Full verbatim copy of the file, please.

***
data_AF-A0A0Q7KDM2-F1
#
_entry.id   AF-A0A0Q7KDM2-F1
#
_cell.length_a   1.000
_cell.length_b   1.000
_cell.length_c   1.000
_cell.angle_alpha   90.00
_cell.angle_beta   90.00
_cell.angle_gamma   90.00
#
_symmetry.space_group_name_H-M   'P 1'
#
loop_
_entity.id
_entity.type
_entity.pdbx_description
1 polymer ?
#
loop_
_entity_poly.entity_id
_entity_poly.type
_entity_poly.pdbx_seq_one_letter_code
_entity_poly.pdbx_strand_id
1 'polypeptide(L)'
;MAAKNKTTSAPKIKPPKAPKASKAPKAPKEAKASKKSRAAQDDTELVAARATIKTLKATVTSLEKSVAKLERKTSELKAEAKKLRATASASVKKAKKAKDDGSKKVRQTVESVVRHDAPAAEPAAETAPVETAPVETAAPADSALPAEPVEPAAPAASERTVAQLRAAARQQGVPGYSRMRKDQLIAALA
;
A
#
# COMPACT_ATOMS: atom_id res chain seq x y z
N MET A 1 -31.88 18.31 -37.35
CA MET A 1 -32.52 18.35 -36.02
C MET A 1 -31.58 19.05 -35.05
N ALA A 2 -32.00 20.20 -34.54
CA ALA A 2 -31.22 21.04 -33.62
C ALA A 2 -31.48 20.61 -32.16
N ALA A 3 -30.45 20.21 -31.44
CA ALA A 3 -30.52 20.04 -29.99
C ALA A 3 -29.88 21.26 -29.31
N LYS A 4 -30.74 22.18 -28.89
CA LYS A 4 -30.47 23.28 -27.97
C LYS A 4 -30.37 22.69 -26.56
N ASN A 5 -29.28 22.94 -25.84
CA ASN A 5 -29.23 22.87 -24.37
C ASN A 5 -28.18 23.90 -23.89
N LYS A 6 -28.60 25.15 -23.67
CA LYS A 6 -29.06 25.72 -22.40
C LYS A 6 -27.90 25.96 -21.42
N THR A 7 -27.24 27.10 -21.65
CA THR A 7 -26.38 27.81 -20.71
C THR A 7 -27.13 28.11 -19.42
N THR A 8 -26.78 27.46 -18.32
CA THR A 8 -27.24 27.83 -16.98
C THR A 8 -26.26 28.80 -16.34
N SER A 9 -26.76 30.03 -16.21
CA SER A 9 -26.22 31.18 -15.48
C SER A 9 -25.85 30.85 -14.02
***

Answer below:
data_AF-A0A0Q7KDM2-F1
#
_entry.id   AF-A0A0Q7KDM2-F1
#
_cell.length_a   1.000
_cell.length_b   1.000
_cell.length_c   1.000
_cell.angle_alpha   90.00
_cell.angle_beta   90.00
_cell.angle_gamma   90.00
#
_symmetry.space_group_name_H-M   'P 1'
#
loop_
_entity.id
_entity.type
_entity.pdbx_description
1 polymer ?
#
loop_
_entity_poly.entity_id
_entity_poly.type
_entity_poly.pdbx_seq_one_letter_code
_entity_poly.pdbx_strand_id
1 'polypeptide(L)'
;MAAKNKTTSAPKIKPPKAPKASKAPKAPKEAKASKKSRAAQDDTELVAARATIKTLKATVTSLEKSVAKLERKTSELKAEAKKLRATASASVKKAKKAKDDGSKKVRQTVESVVRHDAPAAEPAAETAPVETAPVETAAPADSALPAEPVEPAAPAASERTVAQLRAAARQQGVPGYSRMRKDQLIAALA
;
A
#
# COMPACT_ATOMS: atom_id res chain seq x y z
N MET A 1 -31.88 18.31 -37.35
CA MET A 1 -32.52 18.35 -36.02
C MET A 1 -31.58 19.05 -35.05
N ALA A 2 -32.00 20.20 -34.54
CA ALA A 2 -31.22 21.04 -33.62
C ALA A 2 -31.48 20.61 -32.16
N ALA A 3 -30.45 20.21 -31.44
CA ALA A 3 -30.52 20.04 -29.99
C ALA A 3 -29.88 21.26 -29.31
N LYS A 4 -30.74 22.18 -28.89
CA LYS A 4 -30.47 23.28 -27.97
C LYS A 4 -30.37 22.69 -26.56
N ASN A 5 -29.28 22.94 -25.84
CA ASN A 5 -29.23 22.87 -24.37
C ASN A 5 -28.18 23.90 -23.89
N LYS A 6 -28.60 25.15 -23.67
CA LYS A 6 -29.06 25.72 -22.40
C LYS A 6 -27.90 25.96 -21.42
N THR A 7 -27.24 27.10 -21.65
CA THR A 7 -26.38 27.81 -20.71
C THR A 7 -27.13 28.11 -19.42
N THR A 8 -26.78 27.46 -18.32
CA THR A 8 -27.24 27.83 -16.98
C THR A 8 -26.26 28.80 -16.34
N SER A 9 -26.76 30.03 -16.21
CA SER A 9 -26.22 31.18 -15.48
C SER A 9 -25.85 30.85 -14.02